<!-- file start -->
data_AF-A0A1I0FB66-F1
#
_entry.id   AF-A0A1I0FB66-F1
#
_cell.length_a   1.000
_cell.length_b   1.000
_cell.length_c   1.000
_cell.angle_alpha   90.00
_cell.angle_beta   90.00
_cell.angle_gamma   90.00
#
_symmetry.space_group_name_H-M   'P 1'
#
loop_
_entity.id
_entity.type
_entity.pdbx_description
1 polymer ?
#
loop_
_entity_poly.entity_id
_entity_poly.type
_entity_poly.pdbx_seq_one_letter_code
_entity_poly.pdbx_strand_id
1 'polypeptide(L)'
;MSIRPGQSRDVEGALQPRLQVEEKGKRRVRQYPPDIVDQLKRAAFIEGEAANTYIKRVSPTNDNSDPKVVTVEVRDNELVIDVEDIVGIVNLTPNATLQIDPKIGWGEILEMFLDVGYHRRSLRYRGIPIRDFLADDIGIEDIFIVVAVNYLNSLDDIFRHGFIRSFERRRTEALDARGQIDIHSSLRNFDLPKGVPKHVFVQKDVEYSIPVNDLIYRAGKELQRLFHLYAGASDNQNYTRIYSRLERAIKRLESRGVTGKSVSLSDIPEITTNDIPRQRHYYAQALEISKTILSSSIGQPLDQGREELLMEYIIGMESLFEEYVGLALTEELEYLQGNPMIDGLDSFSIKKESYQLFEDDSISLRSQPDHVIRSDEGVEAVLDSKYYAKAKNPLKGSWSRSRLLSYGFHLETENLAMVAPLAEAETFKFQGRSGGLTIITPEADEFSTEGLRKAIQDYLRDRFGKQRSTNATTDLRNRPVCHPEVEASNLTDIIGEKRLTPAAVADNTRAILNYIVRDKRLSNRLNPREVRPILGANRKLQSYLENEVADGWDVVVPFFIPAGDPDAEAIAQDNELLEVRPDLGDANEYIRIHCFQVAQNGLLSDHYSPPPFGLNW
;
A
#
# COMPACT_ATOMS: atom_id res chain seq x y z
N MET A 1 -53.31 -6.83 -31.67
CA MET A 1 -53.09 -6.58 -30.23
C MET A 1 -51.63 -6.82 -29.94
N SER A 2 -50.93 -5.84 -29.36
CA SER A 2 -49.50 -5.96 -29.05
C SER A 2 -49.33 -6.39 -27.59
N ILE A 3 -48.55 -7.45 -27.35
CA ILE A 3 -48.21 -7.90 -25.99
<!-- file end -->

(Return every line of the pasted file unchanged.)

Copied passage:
data_AF-A0A1I0FB66-F1
#
_entry.id   AF-A0A1I0FB66-F1
#
_cell.length_a   1.000
_cell.length_b   1.000
_cell.length_c   1.000
_cell.angle_alpha   90.00
_cell.angle_beta   90.00
_cell.angle_gamma   90.00
#
_symmetry.space_group_name_H-M   'P 1'
#
loop_
_entity.id
_entity.type
_entity.pdbx_description
1 polymer ?
#
loop_
_entity_poly.entity_id
_entity_poly.type
_entity_poly.pdbx_seq_one_letter_code
_entity_poly.pdbx_strand_id
1 'polypeptide(L)'
;MSIRPGQSRDVEGALQPRLQVEEKGKRRVRQYPPDIVDQLKRAAFIEGEAANTYIKRVSPTNDNSDPKVVTVEVRDNELVIDVEDIVGIVNLTPNATLQIDPKIGWGEILEMFLDVGYHRRSLRYRGIPIRDFLADDIGIEDIFIVVAVNYLNSLDDIFRHGFIRSFERRRTEALDARGQIDIHSSLRNFDLPKGVPKHVFVQKDVEYSIPVNDLIYRAGKELQRLFHLYAGASDNQNYTRIYSRLERAIKRLESRGVTGKSVSLSDIPEITTNDIPRQRHYYAQALEISKTILSSSIGQPLDQGREELLMEYIIGMESLFEEYVGLALTEELEYLQGNPMIDGLDSFSIKKESYQLFEDDSISLRSQPDHVIRSDEGVEAVLDSKYYAKAKNPLKGSWSRSRLLSYGFHLETENLAMVAPLAEAETFKFQGRSGGLTIITPEADEFSTEGLRKAIQDYLRDRFGKQRSTNATTDLRNRPVCHPEVEASNLTDIIGEKRLTPAAVADNTRAILNYIVRDKRLSNRLNPREVRPILGANRKLQSYLENEVADGWDVVVPFFIPAGDPDAEAIAQDNELLEVRPDLGDANEYIRIHCFQVAQNGLLSDHYSPPPFGLNW
;
A
#
# COMPACT_ATOMS: atom_id res chain seq x y z
N MET A 1 -53.31 -6.83 -31.67
CA MET A 1 -53.09 -6.58 -30.23
C MET A 1 -51.63 -6.82 -29.94
N SER A 2 -50.93 -5.84 -29.36
CA SER A 2 -49.50 -5.96 -29.05
C SER A 2 -49.33 -6.39 -27.59
N ILE A 3 -48.55 -7.45 -27.35
CA ILE A 3 -48.21 -7.90 -25.99